I would rather make my own choices than have the Gov't come in and take what I worked hard to create. If the Gov't wants to create incentives for great giving at death, then let them do it. Confiscation isn't it.


If anyone wants to pay more in taxes they are welcome to do so. Sounds like Gumby will be first up to the plate. Thank your generous donation to the Gov't.



As to the OP, laws change. Roll with the punches. And if Gumby has his way, you won't have to worry about it at all.


cd :O)
Bravo! +1
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Old 03-10-2021, 10:52 PM   #52
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Who says they don't? You are painting with pretty broad strokes.

Let's say after your Navy days you started a law firm that was run so much differently than "normal" firms. You charge rates that almost anyone can afford and it's resulted in a nice lifestyle for you. Let's say you have two children that went to law school and started working at your firm. Well, you die. Guess what? Firm goes away. Sorry, kids...that's the rules. Figure it out on your now, mmmkay? Seems pretty fair to me, right?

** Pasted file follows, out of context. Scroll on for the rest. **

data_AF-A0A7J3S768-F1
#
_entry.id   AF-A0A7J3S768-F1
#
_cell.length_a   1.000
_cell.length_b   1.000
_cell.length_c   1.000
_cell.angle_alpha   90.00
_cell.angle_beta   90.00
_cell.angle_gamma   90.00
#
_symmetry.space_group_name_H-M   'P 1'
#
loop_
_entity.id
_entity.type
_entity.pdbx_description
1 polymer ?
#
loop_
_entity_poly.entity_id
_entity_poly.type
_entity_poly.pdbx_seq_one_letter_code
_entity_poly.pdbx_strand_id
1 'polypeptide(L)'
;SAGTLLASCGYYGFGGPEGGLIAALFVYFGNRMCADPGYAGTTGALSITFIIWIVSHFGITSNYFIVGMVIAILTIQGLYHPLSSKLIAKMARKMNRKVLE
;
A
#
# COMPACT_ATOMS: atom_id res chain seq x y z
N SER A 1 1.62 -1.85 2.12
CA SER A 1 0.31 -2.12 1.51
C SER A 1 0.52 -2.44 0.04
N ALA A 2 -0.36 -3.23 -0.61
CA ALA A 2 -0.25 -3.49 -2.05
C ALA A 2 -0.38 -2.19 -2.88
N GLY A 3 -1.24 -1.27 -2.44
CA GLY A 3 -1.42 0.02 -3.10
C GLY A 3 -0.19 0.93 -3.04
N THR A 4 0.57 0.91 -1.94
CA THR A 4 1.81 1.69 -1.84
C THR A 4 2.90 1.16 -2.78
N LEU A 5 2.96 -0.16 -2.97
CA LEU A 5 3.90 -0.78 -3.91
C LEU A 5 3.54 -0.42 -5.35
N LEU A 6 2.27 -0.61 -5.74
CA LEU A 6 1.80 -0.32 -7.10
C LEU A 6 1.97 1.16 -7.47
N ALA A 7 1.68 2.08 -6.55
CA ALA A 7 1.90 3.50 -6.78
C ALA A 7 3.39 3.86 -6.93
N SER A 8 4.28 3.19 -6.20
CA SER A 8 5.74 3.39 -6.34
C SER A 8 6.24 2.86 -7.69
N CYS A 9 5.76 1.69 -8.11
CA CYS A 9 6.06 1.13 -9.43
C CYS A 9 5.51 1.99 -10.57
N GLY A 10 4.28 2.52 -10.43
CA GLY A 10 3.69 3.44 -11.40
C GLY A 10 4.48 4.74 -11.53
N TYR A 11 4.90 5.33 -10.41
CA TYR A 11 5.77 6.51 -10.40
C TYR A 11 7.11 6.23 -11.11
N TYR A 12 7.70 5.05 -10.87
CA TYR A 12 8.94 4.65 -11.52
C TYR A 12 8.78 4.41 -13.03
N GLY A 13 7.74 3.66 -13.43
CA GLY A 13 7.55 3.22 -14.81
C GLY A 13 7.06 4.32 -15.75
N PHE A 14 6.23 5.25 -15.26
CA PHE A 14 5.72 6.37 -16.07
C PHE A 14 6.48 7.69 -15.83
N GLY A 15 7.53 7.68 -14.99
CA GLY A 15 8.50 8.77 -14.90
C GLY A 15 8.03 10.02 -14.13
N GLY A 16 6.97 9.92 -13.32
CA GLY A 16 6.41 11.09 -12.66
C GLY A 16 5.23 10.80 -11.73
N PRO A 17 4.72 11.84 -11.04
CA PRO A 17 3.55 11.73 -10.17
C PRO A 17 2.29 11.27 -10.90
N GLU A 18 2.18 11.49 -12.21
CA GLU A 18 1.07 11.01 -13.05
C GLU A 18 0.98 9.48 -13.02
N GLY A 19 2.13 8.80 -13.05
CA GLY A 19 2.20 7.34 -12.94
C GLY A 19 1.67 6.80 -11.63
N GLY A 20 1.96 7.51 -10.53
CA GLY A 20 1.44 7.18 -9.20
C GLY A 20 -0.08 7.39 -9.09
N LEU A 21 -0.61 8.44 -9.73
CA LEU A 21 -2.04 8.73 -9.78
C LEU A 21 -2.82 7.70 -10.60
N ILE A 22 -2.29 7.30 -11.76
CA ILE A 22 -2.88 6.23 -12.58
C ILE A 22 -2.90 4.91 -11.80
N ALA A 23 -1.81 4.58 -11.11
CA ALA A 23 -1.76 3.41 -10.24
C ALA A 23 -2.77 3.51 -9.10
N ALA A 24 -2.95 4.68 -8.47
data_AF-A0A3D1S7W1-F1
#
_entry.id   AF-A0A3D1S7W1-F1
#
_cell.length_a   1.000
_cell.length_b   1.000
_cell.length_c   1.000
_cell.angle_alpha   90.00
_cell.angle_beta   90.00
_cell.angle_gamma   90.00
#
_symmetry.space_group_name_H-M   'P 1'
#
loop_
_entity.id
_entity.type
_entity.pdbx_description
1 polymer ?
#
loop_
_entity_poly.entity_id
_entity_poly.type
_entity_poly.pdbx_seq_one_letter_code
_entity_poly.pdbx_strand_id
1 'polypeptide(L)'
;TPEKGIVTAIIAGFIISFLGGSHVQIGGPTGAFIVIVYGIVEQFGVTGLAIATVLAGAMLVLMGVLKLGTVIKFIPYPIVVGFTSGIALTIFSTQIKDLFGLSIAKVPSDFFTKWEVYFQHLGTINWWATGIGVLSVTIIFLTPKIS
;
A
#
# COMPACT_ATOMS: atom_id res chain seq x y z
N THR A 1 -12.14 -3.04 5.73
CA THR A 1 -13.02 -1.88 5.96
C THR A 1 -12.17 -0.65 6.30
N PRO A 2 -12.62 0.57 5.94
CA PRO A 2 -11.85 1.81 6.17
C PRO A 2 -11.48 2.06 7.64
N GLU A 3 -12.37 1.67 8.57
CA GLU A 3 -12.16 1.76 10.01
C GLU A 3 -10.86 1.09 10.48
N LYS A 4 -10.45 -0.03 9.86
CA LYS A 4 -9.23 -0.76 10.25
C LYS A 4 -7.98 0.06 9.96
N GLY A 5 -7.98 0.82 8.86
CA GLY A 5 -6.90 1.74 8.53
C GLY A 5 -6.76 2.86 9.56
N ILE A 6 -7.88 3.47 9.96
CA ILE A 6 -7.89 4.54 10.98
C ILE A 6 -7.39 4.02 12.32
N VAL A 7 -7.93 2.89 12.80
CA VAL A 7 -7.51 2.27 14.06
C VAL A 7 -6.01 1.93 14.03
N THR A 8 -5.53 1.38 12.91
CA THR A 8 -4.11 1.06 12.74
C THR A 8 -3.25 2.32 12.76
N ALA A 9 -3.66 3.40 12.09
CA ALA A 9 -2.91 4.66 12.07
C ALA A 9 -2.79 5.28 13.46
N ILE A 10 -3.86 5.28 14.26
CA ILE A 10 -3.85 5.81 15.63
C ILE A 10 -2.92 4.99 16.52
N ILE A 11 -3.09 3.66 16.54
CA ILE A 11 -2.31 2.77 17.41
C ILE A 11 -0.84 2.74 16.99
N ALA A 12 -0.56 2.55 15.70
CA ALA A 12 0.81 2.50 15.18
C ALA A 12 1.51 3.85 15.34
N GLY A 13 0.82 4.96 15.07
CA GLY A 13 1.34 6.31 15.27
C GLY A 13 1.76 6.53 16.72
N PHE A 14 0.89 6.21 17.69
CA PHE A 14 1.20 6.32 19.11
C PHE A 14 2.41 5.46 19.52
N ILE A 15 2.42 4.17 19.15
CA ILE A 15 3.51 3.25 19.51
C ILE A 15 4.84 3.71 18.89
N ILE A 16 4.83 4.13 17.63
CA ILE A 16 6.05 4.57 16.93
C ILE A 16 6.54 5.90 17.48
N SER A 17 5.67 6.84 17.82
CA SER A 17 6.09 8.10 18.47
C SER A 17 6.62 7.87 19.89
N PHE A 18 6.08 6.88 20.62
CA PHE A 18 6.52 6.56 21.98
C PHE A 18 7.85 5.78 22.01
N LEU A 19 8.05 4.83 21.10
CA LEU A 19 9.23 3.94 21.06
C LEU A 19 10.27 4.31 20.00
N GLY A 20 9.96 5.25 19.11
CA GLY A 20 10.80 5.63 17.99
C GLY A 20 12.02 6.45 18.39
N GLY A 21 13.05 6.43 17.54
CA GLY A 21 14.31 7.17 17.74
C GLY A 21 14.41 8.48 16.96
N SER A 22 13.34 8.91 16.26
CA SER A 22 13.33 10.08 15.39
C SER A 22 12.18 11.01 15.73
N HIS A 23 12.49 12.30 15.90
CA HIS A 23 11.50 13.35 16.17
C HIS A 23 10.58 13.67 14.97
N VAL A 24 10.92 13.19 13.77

There are many ways to skin the cat.
What I see are the rich elders not wanting to let go of their assets in a timely or even helpful and constructive manner. They want to "leave it all" . Why not start disbursing it while they are alive?
In your example above, that scenario is ripe for an Employee Stock Ownership Plan. (ESOP).
https://www.investopedia.com/terms/e/esop.asp
There is no need to try to dodge taxes and keep the wealth concentrated, nor is there a need to destroy the company that was built up and render a bunch of people unemployed.
DW came *this* close to being a part owner in a family bank, but the elder blinked at a cash out from a medium sized chain. They had the ESOP paperwork rolling too.
Son in law was president and sure, he'll get his money on inheritance, but the family bank is gone. He would have rather shared a bit of it with DW and other friends and keep it as it was, a cool small bank.